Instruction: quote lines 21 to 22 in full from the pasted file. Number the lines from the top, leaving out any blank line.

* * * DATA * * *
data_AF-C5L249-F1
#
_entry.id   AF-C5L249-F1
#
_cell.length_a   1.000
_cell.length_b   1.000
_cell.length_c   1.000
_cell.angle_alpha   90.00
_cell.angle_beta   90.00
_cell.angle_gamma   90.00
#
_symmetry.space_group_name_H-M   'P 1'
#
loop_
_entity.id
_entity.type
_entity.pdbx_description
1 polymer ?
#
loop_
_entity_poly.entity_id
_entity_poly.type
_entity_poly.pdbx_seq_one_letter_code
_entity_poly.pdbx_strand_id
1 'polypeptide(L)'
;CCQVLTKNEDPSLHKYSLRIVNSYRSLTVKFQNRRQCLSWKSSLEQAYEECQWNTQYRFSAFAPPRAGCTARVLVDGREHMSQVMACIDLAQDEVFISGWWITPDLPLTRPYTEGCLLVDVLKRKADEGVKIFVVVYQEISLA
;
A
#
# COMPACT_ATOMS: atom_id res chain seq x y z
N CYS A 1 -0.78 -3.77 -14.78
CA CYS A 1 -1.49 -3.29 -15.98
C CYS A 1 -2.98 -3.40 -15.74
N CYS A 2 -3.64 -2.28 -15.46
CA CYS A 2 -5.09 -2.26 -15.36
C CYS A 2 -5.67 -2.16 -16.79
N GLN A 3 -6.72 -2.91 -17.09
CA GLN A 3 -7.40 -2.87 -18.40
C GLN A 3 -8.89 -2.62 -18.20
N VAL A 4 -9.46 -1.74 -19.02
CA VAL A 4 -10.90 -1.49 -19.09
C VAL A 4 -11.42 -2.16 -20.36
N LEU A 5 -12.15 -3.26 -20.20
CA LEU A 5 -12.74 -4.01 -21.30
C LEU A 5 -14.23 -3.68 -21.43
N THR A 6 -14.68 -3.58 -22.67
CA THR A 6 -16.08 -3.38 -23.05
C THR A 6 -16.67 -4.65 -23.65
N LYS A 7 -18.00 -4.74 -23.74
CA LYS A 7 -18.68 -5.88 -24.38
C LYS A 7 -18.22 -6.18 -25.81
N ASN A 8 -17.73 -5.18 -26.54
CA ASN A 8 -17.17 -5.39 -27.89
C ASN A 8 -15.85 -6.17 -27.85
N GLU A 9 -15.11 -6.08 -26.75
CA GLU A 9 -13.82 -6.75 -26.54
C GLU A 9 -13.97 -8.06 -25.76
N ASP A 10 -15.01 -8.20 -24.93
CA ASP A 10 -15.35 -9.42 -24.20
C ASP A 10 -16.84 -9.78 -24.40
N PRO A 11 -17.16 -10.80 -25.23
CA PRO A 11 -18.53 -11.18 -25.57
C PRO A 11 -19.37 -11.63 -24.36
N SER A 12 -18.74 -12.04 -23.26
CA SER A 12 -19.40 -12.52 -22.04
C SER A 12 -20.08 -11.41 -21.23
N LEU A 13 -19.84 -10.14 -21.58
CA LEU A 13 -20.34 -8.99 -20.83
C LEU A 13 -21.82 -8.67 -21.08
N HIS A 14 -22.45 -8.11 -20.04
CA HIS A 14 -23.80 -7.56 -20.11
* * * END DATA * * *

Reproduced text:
_entity_poly.entity_id
_entity_poly.type